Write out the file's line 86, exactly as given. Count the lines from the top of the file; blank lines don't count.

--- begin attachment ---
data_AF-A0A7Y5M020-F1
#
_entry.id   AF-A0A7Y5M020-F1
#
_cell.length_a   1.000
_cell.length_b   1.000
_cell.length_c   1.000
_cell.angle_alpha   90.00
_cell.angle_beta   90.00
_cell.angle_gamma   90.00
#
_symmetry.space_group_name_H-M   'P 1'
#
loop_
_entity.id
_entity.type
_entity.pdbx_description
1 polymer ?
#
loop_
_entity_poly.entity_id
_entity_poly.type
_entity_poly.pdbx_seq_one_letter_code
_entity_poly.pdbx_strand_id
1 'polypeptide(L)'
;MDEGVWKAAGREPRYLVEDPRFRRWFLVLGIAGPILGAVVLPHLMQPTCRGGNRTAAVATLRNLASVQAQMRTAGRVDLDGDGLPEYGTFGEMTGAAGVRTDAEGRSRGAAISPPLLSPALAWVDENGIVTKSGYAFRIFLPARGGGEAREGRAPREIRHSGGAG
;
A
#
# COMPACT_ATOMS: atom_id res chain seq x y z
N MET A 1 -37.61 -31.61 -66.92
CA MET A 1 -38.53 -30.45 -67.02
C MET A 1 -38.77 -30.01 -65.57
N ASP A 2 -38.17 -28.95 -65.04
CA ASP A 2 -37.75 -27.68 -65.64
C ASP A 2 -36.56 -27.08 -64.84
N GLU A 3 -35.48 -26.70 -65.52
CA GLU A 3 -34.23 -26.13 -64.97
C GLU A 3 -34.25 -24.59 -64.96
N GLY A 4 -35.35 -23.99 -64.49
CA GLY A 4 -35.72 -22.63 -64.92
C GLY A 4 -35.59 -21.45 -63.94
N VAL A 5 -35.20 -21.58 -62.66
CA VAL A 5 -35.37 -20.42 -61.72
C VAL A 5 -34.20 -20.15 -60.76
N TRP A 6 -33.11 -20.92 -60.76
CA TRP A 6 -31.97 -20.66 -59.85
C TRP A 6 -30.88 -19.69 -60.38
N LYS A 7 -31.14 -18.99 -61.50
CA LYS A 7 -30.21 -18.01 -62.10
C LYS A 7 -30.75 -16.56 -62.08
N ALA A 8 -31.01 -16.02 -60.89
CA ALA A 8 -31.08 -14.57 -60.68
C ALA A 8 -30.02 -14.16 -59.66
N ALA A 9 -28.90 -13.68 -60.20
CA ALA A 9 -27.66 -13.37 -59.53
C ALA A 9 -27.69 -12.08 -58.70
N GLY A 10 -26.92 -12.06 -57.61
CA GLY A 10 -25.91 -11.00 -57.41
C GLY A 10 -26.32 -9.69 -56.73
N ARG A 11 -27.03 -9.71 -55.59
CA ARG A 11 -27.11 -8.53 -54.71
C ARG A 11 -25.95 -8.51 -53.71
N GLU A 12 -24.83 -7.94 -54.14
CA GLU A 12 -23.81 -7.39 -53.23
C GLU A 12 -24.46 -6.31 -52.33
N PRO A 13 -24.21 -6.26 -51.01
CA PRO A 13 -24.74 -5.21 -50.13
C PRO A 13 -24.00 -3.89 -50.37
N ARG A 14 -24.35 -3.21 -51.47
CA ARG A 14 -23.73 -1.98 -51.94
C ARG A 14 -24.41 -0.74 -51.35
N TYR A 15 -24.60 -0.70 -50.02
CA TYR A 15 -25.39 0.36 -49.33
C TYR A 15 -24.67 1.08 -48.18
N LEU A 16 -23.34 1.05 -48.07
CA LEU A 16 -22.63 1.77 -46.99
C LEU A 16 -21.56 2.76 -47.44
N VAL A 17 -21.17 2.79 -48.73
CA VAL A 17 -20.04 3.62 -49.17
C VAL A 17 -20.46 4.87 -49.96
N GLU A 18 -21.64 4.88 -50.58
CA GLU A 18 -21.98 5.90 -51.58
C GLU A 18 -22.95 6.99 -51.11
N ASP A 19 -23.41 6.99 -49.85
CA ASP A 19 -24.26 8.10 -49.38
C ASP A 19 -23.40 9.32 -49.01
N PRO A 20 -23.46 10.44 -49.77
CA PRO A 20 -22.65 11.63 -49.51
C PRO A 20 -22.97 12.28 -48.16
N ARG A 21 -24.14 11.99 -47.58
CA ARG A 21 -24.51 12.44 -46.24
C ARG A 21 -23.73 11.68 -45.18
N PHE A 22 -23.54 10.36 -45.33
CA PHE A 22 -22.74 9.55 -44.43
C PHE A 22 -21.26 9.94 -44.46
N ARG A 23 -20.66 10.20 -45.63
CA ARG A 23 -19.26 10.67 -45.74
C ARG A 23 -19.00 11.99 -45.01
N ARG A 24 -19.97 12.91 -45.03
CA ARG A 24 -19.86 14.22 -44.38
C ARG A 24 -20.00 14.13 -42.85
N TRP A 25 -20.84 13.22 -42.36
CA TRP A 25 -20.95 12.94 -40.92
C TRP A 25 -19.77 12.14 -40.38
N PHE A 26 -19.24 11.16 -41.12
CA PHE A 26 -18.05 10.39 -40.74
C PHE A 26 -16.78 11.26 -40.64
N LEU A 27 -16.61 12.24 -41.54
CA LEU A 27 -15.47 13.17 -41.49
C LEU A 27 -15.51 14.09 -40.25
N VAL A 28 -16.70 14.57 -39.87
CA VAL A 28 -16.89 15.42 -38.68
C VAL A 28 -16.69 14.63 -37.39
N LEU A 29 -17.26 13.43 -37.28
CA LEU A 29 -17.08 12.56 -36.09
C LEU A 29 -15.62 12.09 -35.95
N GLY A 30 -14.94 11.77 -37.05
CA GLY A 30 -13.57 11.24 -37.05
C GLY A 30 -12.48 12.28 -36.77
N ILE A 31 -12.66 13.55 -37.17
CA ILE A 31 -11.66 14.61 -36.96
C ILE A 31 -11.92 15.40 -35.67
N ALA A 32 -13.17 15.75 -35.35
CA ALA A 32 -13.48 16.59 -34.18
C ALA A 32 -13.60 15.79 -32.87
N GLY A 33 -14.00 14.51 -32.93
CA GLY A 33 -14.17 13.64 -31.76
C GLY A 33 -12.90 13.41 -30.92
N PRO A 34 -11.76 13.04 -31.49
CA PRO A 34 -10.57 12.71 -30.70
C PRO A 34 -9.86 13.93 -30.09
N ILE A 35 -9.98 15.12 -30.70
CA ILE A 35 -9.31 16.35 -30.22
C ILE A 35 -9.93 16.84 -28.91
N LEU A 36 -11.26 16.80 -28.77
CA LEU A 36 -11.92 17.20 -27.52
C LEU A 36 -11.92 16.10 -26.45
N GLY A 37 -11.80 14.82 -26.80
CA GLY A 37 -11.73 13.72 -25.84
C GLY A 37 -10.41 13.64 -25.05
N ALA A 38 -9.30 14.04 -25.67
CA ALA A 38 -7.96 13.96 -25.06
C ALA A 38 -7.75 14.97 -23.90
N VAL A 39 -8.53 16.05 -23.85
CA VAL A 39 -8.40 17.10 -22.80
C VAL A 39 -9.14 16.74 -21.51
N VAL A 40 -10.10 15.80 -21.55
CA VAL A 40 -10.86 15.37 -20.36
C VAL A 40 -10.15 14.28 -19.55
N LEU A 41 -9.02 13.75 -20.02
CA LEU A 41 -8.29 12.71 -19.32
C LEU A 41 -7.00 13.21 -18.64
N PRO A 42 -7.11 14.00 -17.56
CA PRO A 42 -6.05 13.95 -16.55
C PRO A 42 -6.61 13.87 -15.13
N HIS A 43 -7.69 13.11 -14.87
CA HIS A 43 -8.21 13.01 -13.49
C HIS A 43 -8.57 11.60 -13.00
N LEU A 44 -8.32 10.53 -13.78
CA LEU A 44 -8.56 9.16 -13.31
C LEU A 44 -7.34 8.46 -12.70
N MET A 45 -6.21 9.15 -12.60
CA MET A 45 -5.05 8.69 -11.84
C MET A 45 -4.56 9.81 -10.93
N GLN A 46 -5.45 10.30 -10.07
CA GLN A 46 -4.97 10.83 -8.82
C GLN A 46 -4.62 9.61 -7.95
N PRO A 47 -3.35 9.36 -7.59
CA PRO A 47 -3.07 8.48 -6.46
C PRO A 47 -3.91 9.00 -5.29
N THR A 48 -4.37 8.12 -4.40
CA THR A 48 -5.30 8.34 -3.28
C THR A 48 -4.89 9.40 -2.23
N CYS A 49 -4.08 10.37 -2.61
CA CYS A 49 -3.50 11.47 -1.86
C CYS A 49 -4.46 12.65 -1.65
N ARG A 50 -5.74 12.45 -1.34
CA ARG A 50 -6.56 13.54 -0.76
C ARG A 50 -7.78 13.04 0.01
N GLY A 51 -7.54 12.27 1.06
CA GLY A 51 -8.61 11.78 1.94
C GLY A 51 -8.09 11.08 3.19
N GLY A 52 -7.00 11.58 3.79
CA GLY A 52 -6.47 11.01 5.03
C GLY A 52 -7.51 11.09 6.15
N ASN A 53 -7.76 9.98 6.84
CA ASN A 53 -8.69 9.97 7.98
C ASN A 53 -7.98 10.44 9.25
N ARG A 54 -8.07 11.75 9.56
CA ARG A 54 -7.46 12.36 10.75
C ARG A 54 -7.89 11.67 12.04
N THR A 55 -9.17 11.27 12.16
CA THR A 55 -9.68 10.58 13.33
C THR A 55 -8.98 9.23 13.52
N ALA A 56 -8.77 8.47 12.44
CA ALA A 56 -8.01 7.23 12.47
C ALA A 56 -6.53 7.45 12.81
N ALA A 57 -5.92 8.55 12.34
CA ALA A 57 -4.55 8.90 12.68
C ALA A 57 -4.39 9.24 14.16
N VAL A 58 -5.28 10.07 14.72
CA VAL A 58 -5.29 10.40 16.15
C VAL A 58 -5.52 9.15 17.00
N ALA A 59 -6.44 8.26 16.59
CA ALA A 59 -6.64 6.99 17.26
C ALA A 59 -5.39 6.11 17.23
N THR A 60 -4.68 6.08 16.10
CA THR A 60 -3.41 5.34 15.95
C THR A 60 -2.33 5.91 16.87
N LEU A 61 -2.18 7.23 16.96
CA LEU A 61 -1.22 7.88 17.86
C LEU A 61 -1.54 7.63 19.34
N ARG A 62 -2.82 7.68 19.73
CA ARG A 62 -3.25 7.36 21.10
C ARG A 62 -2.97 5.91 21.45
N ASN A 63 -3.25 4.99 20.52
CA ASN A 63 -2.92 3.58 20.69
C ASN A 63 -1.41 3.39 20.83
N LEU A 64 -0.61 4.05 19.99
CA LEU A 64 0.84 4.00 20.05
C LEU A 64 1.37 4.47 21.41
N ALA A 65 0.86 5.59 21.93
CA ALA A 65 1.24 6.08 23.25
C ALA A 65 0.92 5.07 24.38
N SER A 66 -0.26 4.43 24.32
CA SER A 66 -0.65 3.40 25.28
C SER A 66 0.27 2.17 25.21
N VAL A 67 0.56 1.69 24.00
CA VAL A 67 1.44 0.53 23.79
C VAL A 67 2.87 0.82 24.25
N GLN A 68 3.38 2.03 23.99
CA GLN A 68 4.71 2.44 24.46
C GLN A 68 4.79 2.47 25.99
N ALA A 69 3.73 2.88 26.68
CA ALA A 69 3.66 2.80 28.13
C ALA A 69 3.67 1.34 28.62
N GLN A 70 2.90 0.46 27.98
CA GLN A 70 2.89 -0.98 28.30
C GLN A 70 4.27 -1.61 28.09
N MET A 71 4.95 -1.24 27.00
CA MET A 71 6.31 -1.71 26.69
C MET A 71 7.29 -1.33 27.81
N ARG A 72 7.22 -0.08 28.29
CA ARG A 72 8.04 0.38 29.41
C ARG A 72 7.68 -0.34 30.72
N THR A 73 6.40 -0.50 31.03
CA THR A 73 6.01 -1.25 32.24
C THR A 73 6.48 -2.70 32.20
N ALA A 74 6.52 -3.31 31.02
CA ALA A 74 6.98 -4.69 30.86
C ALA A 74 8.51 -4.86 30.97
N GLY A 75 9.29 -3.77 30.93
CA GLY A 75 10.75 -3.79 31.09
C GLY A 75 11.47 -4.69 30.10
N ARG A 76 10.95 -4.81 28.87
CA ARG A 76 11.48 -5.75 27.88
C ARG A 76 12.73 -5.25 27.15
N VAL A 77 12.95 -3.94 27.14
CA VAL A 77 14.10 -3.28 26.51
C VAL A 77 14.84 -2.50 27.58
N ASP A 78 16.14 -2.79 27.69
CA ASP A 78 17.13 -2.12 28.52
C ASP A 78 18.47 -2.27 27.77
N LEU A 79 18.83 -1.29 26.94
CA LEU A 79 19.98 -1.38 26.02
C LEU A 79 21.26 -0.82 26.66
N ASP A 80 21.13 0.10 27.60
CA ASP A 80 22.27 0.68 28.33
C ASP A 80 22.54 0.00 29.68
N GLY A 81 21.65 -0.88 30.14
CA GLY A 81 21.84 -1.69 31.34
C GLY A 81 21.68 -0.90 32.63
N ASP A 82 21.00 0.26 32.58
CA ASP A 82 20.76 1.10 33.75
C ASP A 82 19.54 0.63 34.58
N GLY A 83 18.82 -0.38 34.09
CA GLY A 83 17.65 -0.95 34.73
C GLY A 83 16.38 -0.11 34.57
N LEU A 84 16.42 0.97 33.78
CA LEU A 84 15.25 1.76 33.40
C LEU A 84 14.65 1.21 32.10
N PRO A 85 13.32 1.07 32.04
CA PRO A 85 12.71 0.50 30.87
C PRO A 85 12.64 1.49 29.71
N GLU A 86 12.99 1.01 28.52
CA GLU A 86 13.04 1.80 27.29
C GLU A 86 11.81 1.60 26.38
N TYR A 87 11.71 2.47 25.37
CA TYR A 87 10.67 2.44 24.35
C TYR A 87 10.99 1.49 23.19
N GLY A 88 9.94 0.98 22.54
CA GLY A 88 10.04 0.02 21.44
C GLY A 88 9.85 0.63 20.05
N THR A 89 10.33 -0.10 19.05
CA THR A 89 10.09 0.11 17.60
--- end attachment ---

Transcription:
CA ASP A 19 -24.26 8.10 -49.38